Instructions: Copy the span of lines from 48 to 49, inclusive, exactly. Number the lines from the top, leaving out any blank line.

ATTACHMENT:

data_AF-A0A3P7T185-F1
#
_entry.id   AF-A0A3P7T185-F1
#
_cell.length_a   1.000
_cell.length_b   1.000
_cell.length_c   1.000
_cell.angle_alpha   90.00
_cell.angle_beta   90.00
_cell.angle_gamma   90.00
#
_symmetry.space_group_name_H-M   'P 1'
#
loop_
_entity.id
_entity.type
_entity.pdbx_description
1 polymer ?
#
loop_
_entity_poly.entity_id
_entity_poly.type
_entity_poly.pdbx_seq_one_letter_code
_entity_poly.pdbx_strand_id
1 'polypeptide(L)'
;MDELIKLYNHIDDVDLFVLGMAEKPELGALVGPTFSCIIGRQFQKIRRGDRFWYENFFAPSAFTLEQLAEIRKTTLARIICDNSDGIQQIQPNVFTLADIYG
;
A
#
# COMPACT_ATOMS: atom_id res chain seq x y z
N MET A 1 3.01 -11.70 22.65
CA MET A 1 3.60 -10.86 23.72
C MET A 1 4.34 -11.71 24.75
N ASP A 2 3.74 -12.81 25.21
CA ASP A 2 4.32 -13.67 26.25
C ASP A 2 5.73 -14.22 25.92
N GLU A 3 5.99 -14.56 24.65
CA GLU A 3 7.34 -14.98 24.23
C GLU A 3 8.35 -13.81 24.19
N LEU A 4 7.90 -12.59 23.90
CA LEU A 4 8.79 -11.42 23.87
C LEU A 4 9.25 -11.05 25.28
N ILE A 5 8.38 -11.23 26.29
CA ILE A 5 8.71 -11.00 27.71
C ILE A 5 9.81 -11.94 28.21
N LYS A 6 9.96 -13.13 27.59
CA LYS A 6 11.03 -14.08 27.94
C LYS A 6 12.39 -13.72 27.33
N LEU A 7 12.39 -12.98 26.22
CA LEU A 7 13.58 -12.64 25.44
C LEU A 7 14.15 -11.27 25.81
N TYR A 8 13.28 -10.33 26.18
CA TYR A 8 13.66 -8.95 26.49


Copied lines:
C LYS A 6 12.39 -13.72 27.33
N LEU A 7 12.39 -12.98 26.22